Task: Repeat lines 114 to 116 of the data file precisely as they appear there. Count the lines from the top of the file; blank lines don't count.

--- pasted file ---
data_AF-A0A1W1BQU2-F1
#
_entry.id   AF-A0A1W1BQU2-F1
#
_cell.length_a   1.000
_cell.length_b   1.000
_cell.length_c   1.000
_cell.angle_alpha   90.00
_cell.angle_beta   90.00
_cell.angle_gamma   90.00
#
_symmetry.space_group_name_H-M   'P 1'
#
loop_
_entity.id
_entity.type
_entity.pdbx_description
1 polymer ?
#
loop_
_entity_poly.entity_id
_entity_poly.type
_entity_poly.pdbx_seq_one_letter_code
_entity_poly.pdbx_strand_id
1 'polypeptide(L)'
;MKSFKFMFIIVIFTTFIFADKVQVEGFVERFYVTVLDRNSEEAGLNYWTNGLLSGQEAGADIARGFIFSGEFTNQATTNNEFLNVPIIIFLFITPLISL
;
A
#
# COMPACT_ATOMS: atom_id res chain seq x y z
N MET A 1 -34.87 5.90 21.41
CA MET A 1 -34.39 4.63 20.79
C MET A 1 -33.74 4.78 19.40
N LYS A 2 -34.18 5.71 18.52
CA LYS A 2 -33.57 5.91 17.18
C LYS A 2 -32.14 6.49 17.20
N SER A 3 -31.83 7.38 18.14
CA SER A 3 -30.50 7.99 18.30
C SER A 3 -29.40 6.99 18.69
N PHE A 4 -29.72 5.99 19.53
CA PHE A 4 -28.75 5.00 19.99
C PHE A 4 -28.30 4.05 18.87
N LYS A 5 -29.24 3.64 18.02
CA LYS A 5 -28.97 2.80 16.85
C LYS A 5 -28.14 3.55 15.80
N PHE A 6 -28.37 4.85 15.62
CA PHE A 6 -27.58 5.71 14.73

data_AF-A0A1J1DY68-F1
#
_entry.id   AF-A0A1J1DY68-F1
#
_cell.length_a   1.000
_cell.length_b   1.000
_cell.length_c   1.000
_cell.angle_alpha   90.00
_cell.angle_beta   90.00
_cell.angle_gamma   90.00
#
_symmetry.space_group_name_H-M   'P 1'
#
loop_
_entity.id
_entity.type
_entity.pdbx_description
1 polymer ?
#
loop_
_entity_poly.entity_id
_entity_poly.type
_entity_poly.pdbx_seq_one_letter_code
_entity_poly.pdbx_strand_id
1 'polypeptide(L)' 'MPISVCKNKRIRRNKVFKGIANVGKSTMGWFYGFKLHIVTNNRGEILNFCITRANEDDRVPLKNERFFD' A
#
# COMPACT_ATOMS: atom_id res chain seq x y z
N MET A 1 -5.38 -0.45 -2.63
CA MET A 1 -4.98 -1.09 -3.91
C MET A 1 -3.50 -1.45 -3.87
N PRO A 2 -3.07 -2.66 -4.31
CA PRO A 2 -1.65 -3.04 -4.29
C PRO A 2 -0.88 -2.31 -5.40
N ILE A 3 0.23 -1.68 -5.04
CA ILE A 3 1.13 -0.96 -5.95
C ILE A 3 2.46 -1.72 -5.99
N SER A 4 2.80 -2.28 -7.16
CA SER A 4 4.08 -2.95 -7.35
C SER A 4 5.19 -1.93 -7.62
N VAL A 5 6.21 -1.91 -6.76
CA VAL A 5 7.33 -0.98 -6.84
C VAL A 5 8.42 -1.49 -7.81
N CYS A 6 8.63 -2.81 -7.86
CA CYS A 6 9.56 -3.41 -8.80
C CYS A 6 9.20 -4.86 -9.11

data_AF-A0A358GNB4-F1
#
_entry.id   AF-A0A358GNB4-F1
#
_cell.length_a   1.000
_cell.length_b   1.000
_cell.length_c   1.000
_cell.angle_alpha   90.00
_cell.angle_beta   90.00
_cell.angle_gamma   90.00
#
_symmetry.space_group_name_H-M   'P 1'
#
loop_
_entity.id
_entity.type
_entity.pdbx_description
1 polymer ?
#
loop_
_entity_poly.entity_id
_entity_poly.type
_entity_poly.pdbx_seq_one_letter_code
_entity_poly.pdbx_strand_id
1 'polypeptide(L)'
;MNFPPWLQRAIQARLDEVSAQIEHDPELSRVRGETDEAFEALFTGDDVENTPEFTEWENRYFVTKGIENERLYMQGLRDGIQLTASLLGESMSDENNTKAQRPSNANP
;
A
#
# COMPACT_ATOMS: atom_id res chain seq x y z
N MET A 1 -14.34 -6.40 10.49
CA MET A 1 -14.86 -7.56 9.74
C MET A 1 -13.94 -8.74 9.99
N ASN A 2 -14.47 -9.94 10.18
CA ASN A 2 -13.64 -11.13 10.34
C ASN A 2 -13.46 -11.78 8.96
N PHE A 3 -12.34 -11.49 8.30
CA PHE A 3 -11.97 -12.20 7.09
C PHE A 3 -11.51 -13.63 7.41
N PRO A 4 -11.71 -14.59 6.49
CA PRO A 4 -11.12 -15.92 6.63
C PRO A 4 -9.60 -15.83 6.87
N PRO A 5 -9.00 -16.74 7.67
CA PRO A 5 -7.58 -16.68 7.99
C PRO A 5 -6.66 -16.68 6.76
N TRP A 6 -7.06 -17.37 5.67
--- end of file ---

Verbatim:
_entity_poly.type
_entity_poly.pdbx_seq_one_letter_code
_entity_poly.pdbx_strand_id